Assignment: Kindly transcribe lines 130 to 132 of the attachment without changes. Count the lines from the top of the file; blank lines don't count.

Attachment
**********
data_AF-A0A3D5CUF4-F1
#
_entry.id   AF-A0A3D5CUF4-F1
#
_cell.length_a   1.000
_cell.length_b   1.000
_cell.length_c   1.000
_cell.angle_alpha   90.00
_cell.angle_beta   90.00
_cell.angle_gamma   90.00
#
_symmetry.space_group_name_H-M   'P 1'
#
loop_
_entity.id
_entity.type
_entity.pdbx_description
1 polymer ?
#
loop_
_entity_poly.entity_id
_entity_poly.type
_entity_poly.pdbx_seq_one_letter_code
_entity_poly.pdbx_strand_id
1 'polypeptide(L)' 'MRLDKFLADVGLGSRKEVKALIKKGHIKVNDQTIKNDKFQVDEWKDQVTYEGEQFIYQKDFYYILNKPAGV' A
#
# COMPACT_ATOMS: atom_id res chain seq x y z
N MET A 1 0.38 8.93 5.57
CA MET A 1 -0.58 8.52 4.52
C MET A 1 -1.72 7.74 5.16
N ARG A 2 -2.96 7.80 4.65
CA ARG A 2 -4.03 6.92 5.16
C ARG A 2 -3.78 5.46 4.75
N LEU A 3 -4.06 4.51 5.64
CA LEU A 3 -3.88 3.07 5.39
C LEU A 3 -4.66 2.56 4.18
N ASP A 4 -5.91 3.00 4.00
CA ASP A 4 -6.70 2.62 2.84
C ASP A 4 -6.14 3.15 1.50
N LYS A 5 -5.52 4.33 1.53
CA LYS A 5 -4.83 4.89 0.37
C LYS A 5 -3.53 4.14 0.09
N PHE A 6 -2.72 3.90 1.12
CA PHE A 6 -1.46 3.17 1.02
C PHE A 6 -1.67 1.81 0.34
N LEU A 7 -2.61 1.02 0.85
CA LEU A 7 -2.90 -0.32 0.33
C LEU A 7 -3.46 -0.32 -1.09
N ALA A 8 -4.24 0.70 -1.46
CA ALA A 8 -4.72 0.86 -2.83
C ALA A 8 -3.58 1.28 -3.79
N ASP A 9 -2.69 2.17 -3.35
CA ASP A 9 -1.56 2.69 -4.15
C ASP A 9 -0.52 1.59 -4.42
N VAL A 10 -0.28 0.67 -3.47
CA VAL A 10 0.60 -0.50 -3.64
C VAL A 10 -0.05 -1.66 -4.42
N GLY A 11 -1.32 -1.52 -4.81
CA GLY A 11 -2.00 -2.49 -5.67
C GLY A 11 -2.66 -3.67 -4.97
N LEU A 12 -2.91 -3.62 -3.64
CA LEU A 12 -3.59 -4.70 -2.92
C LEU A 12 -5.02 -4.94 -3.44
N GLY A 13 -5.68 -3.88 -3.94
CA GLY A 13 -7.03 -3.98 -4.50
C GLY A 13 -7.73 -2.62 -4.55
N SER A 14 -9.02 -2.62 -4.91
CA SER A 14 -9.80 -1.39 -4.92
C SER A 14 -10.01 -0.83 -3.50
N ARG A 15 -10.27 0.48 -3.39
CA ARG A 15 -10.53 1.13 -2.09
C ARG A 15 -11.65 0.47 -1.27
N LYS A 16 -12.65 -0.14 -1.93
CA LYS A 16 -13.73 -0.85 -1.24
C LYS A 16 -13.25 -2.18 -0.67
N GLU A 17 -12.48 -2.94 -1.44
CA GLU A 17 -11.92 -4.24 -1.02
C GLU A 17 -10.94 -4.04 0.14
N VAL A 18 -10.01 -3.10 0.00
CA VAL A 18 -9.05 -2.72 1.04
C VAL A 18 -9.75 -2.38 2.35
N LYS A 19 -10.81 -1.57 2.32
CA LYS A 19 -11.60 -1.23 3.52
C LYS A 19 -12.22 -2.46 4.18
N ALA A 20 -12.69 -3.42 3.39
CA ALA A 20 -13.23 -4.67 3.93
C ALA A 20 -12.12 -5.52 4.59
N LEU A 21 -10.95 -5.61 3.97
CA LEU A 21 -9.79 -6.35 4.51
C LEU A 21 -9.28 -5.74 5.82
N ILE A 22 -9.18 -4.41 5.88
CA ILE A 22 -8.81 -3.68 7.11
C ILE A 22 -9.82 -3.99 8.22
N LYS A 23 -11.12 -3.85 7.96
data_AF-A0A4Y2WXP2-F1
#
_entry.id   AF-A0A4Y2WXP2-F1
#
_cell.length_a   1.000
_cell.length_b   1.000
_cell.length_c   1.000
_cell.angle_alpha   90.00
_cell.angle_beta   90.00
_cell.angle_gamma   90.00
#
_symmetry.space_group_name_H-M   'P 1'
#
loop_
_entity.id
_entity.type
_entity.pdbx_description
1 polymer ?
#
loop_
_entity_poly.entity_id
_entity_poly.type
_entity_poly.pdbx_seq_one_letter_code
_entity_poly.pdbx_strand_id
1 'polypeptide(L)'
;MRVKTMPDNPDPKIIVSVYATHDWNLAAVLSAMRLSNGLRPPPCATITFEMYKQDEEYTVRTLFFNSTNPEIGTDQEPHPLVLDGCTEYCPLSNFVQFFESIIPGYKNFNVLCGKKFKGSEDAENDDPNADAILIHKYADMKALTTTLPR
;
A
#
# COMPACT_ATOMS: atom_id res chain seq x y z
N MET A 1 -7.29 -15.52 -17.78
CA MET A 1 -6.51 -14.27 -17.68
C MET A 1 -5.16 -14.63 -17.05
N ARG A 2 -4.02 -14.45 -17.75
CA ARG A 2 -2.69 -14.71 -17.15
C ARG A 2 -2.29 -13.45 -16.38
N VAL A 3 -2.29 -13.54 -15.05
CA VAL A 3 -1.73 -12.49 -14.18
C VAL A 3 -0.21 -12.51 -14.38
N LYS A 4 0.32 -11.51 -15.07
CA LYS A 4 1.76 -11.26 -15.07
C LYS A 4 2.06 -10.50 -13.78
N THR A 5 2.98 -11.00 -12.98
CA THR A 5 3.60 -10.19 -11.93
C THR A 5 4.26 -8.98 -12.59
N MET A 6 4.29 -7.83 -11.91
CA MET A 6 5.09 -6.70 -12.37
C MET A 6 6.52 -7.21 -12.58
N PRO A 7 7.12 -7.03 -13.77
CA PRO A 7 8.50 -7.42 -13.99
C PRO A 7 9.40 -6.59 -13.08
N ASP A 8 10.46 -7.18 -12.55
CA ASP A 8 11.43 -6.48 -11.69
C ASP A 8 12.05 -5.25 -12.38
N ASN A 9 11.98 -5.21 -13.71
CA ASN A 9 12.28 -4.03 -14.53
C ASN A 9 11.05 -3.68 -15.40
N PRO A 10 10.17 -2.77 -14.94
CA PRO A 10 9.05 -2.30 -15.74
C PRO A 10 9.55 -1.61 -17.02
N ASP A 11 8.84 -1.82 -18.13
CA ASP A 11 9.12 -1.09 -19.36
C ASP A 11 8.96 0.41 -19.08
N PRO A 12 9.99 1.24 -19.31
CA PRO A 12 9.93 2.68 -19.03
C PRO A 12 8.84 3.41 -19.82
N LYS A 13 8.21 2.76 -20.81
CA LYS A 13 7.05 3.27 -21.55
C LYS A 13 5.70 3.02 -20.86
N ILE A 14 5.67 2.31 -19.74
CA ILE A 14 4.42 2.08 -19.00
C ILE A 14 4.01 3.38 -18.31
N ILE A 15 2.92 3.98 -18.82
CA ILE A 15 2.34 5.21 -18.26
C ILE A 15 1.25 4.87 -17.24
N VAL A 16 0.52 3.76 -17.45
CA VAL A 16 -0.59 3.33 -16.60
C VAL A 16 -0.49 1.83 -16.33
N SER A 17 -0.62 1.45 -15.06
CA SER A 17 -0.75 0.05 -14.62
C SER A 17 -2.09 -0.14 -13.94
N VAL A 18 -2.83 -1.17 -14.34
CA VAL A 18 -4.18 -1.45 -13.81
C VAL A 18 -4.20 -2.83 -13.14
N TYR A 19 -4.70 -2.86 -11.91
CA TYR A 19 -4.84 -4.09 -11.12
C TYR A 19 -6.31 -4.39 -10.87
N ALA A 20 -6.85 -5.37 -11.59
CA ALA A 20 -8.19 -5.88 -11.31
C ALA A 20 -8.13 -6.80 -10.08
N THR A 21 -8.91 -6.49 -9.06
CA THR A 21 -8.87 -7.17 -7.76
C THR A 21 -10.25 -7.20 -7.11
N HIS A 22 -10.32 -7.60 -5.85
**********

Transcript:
C ARG A 2 -2.29 -13.45 -16.38
N VAL A 3 -2.29 -13.54 -15.05
CA VAL A 3 -1.73 -12.49 -14.18